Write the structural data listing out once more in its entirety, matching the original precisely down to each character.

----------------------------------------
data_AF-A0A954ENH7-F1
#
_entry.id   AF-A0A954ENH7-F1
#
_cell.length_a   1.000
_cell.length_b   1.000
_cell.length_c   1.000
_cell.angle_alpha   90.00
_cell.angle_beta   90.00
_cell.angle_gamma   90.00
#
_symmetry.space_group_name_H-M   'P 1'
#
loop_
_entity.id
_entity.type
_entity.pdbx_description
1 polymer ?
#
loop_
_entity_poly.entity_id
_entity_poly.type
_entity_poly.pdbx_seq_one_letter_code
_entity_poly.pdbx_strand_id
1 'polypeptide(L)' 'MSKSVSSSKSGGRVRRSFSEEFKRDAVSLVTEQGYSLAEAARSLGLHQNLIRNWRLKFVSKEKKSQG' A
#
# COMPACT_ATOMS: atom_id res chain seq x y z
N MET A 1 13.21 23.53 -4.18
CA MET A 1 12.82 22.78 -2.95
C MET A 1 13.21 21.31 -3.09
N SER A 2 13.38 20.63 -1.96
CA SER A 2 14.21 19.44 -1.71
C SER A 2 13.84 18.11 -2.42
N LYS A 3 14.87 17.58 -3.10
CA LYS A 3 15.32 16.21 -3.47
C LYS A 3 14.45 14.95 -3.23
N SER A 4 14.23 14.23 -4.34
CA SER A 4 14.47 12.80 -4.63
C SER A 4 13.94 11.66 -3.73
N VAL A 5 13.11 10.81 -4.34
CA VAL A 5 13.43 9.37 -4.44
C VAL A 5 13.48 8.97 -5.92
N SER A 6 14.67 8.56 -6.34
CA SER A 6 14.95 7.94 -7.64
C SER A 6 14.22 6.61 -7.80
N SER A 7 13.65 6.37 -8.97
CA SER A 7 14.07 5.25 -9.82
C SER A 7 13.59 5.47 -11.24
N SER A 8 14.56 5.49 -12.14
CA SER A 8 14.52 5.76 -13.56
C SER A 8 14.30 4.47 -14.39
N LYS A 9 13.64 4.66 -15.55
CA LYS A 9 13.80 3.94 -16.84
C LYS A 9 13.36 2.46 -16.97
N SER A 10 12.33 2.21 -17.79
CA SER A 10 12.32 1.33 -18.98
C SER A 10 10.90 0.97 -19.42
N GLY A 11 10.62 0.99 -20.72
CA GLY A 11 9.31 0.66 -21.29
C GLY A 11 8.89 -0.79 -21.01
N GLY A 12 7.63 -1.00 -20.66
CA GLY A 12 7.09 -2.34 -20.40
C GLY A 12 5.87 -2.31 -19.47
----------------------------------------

data_AF-A0A954ENH7-F1
#
_entry.id   AF-A0A954ENH7-F1
#
_cell.length_a   1.000
_cell.length_b   1.000
_cell.length_c   1.000
_cell.angle_alpha   90.00
_cell.angle_beta   90.00
_cell.angle_gamma   90.00
#
_symmetry.space_group_name_H-M   'P 1'
#
loop_
_entity.id
_entity.type
_entity.pdbx_description
1 polymer ?
#
loop_
_entity_poly.entity_id
_entity_poly.type
_entity_poly.pdbx_seq_one_letter_code
_entity_poly.pdbx_strand_id
1 'polypeptide(L)' 'MSKSVSSSKSGGRVRRSFSEEFKRDAVSLVTEQGYSLAEAARSLGLHQNLIRNWRLKFVSKEKKSQG' A
#
# COMPACT_ATOMS: atom_id res chain seq x y z
N MET A 1 13.21 23.53 -4.18
CA MET A 1 12.82 22.78 -2.95
C MET A 1 13.21 21.31 -3.09
N SER A 2 13.38 20.63 -1.96
CA SER A 2 14.21 19.44 -1.71
C SER A 2 13.84 18.11 -2.42
N LYS A 3 14.87 17.58 -3.10
CA LYS A 3 15.32 16.21 -3.47
C LYS A 3 14.45 14.95 -3.23
N SER A 4 14.23 14.23 -4.34
CA SER A 4 14.47 12.80 -4.63
C SER A 4 13.94 11.66 -3.73
N VAL A 5 13.11 10.81 -4.34
CA VAL A 5 13.43 9.37 -4.44
C VAL A 5 13.48 8.97 -5.92
N SER A 6 14.67 8.56 -6.34
CA SER A 6 14.95 7.94 -7.64
C SER A 6 14.22 6.61 -7.80
N SER A 7 13.65 6.37 -8.97
CA SER A 7 14.07 5.25 -9.82
C SER A 7 13.59 5.47 -11.24
N SER A 8 14.56 5.49 -12.14
CA SER A 8 14.52 5.76 -13.56
C SER A 8 14.30 4.47 -14.39
N LYS A 9 13.64 4.66 -15.55
CA LYS A 9 13.80 3.94 -16.84
C LYS A 9 13.36 2.46 -16.97
N SER A 10 12.33 2.21 -17.79
CA SER A 10 12.32 1.33 -18.98
C SER A 10 10.90 0.97 -19.42
N GLY A 11 10.62 0.99 -20.72
CA GLY A 11 9.31 0.66 -21.29
C GLY A 11 8.89 -0.79 -21.01
N GLY A 12 7.63 -1.00 -20.66
CA GLY A 12 7.09 -2.34 -20.40
C GLY A 12 5.87 -2.31 -19.47